Panousis has had several run-ins with the Greek authorities. His second album, Musical Brigades (Μουσικές Ταξιαρχίες in Greek), was briefly withdrawn from circulation in 1982 because of the ostensibly blasphemous lyrics of a love ballad. In 1984, censors placed beeps over some of the lyrics in Mousikes Taxiarhies's third album, An I Giagia Mou Ihe Rouleman (If My Grandma Had Wheels).

    In 1997, a court battle with well-known Greek singer George Dalaras began. Panousis had frequently been making fun of Dalaras in his live shows, showing money coming out of his mouth whenever he sang. The court ruled that Panousis would be charged with a one million Drachmas fine (approximately $3,000) every time he mentioned Dalaras by name on-stage. Panousis's response to that, was to call him "the unmentionable" in his shows from then on, and use his famous on-stage quip, "Ladies and gentlemen, I have 3 million drachmas to spare: Dalaras, Dalaras, Dalaras!"

    All this has contributed to the depiction of Panousis as a highly controversial artist. Some regard him as a modern-day Aristophanes while many consider that his pranks and commentaries are of bad taste. Panousis often uses offensive language, while the advertising posters of his depict provocative images. In one instance, he replaced the cross of the Greek flag with a communist hammer and sickle, for which he was charged with a four-month probation. In another instance, he appeared dressed as a priest with a medallion hanging around his neck which depicted the head of a chicken instead of Mary. This elicited the angry reaction of Archbishop Christodoulos, the late head of the Church of Greece.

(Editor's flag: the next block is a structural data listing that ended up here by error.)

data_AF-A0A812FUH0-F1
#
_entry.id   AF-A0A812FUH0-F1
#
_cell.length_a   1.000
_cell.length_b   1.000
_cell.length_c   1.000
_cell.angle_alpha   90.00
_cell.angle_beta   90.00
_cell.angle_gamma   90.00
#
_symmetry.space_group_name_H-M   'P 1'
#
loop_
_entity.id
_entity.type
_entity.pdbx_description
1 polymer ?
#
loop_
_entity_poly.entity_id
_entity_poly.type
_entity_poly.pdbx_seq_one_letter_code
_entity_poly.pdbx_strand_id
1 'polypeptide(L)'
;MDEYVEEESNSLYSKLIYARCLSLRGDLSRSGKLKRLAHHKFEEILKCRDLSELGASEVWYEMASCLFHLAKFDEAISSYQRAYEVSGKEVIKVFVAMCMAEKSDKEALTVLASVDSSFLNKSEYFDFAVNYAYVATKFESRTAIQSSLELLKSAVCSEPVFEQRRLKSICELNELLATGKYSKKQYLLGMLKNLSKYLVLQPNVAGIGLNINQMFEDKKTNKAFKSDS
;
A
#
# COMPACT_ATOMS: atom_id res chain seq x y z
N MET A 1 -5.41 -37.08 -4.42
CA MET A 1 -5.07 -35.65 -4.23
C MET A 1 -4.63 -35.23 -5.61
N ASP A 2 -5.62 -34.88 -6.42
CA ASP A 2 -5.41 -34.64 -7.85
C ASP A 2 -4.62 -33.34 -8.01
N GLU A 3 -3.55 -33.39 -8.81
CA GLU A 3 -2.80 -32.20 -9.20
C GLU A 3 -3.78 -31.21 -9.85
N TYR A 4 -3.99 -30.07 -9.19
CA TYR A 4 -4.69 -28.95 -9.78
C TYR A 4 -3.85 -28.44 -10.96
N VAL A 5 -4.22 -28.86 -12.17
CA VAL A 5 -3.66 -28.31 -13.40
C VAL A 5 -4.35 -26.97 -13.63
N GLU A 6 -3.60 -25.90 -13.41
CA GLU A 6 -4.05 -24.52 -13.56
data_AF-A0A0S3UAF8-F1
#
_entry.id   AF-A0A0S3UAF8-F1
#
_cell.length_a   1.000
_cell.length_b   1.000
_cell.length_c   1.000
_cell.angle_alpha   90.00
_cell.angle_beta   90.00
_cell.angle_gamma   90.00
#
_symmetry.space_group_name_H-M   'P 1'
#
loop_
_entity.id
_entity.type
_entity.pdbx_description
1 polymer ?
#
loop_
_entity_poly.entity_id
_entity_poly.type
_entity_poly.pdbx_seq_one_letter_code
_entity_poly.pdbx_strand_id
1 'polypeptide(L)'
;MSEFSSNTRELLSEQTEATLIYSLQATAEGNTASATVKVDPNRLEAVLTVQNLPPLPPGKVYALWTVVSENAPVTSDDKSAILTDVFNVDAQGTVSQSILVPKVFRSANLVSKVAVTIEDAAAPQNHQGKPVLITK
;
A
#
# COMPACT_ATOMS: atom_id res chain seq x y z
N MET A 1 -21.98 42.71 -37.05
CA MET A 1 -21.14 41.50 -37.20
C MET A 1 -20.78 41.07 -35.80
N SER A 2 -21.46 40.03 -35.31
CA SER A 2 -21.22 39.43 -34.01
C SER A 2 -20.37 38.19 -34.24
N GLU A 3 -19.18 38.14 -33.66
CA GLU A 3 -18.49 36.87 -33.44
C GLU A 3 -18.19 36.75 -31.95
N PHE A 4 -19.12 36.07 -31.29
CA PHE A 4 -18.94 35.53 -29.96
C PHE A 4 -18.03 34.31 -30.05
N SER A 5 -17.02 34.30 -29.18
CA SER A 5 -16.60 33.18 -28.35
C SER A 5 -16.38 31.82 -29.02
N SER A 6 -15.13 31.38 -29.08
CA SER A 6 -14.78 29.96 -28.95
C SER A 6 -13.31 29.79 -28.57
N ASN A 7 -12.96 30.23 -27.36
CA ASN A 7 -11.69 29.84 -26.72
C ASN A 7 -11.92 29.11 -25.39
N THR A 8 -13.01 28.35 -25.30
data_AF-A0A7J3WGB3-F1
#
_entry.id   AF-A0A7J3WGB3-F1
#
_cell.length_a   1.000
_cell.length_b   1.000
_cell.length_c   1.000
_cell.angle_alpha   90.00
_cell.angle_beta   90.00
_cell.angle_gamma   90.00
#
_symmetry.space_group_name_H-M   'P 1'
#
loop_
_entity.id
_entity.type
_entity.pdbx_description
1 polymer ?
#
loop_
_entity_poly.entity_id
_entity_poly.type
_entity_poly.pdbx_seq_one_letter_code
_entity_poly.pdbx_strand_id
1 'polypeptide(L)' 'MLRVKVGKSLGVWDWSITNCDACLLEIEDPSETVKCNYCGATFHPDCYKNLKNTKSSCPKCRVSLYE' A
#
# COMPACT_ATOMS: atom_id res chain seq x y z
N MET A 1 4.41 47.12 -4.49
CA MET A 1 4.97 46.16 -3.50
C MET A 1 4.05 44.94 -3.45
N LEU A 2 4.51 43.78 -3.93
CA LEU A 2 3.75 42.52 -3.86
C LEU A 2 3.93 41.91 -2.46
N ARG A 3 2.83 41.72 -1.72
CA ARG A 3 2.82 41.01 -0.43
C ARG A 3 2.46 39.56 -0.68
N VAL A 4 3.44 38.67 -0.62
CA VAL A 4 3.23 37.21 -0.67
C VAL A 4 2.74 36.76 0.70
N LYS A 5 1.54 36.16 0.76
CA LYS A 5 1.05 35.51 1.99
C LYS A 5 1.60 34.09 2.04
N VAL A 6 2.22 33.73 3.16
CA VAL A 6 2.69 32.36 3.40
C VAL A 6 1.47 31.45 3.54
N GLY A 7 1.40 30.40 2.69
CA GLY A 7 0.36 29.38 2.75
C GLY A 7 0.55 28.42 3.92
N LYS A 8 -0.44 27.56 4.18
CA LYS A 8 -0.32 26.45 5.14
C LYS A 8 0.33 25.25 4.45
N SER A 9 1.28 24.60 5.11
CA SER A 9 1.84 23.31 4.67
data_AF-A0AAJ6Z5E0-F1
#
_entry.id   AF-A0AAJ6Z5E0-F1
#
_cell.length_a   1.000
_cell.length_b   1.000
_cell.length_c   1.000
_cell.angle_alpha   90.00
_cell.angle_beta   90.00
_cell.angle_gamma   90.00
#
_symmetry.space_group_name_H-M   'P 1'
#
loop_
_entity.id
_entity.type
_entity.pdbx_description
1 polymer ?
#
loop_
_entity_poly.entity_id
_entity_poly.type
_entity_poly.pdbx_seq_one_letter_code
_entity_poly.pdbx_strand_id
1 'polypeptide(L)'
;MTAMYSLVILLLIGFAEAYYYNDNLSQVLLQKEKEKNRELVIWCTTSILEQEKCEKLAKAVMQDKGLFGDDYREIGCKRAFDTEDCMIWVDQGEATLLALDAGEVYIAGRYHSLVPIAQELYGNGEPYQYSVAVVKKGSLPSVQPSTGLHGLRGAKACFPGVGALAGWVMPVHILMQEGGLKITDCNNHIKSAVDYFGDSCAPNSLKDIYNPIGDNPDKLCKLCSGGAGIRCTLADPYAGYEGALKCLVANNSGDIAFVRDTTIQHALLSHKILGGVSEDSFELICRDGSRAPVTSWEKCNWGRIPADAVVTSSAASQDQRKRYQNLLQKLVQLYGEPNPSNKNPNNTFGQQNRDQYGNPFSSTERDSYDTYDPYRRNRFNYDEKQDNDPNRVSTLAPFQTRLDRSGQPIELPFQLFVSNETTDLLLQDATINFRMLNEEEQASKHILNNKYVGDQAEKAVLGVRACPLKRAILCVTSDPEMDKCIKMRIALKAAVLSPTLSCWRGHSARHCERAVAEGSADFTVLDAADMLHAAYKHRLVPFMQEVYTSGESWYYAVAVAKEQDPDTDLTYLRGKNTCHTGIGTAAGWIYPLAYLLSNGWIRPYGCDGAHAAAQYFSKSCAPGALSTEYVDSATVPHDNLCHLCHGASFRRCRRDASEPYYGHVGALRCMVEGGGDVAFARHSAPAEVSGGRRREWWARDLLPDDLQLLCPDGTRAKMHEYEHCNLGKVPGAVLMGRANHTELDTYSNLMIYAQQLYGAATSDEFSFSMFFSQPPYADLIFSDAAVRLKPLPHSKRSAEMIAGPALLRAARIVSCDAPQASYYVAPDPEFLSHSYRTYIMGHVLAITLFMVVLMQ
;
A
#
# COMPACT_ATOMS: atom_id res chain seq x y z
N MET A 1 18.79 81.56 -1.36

Accusations of antisemitism

    Panousis has been accused by the Central Board of Jewish Communities in Greece of expressing antisemitic views, not seldom in connection with his standpoint in the Israel-Palestine conflict. During an episode of his show Δούρειος Ήχος ("Trojan Sound") at the radio channel City 99,5 in 2009, he used expressions such as "Jews - Pigs - Murderers [...] may you die a horrible death" and "[...] the jews control all the banks in the American empire, they control all of the show biz [...]", while also referring to the conflict in Gaza.

    In 2013, Greek Jewish organisations were appalled by the use of a symbol consisting of the David star entwined with a swastika (the symbol itself is used by the Raelites) for the posters of his show "Troika Club". In relation to this symbol, Panousis has been using the term "nazi Jews" ("εβραιοναζί" in Greek) when describing current Israeli politics.

    Other activities

    Panousis has hosted various radio shows for more than 15 years. He is also the author of six books (a peculiar type of sarcastic essays). Moreover, he has appeared in four movies: the most notable is The Dracula of Exarcheia (1981, directed by Nicos Zervos), where Panousis is the protagonist. From September 2008 to June 2009, he has been hosting a 30-minute radio show, called Dourios Ihos (Trojan Sound) at the radio station "City 99,5". The show is currently hosted in "Radio Thema 98,9".


    Tzimis Panousis Wikipedia